Abbott reopens Michigan baby formula plant after flooding
Abbott's facility has now closed and reopened twice this year. The baby formula plant had previously closed in February because of bacterial contamination.
One of the nation's largest suppliers of baby formula has reopened its Sturgis, Michigan, plant after severe flooding from heavy rains forced it to temporarily shut down in mid-June.
The Abbott Nutrition facility reopened July 1 and began producing EleCare, its specialty baby formula, an Abbott spokesperson told CBS News and other outlets.
Abbott is one of the four companies in the U.S. controlling roughly 90% of the multibillion-dollar infant formula market.
Previously, Abbott had shut down the Sturgis plant and recalled baby formula products in February after a bacterial contamination found in infants who consumed the formula.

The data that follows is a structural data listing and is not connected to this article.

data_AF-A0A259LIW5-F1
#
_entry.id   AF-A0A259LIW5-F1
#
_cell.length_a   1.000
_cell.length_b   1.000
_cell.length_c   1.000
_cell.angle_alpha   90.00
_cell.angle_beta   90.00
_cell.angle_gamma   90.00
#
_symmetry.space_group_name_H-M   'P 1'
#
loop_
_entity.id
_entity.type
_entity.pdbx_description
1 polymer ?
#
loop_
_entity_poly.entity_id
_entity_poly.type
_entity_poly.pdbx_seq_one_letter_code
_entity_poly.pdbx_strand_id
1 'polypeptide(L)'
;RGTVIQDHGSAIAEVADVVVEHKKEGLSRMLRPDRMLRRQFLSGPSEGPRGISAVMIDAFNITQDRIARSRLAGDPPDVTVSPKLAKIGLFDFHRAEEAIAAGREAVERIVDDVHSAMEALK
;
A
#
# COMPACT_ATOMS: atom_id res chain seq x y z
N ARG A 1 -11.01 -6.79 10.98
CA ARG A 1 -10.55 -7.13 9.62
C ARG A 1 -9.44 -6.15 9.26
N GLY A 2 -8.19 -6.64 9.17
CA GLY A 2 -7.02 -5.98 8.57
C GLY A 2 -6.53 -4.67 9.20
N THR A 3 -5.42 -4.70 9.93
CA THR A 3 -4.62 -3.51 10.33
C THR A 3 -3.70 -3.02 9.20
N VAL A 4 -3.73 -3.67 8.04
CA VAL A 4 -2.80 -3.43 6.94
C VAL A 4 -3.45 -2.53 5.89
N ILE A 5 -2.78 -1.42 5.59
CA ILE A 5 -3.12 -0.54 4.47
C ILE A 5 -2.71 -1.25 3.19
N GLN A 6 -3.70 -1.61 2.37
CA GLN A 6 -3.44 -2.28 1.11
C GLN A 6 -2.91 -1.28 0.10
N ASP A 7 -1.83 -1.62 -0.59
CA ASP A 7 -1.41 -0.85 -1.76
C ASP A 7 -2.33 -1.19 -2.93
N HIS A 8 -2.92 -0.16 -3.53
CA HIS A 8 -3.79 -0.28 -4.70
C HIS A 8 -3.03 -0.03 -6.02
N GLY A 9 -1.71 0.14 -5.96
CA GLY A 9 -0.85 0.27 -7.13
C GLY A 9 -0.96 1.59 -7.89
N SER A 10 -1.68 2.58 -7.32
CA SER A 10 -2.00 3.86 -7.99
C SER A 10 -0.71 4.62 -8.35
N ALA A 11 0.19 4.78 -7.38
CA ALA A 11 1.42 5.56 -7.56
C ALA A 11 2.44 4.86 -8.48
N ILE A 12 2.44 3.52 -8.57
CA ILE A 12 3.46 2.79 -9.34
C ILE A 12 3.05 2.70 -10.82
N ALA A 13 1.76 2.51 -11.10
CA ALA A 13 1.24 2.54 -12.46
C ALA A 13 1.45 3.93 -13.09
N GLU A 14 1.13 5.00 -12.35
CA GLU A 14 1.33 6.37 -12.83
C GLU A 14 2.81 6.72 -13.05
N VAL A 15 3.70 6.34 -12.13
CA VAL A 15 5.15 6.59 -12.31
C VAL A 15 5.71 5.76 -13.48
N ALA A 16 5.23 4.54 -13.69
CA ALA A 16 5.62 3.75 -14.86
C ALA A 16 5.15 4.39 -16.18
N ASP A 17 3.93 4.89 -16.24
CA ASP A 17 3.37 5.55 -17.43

Two infants became sick and two died after consuming formula manufactured at the facility, though Abbott says their illnesses did not come from its products.
The closure contributed to a nationwide shortage of baby formula that has prompted several efforts from the Biden administration, including working to import formula from abroad and using the Defense Production Act to speed up production.
The Sturgis plant, which is also known for manufacturing the leading brand Similac, is Abbott's largest baby formula facility in the U.S. After being closed for months, it reopened on June 4 but was hit by flooding just nine days later.
Production of Similac has not yet resumed at the facility, the company told CBS.
In-stock figures for baby formula powder stood at nearly 70% for the week ending on July 3, according to the data analytics and market research firm IRI Worldwide.
IRI Worldwide said the figures cover grocery and drug stores, mass markets including Walmart and Target, as well as military commissaries and select club stores and dollar stores for the entire U.S.
The in-stock figure for baby formula powder was roughly 90% in February prior to the Michigan plant's shutdown.
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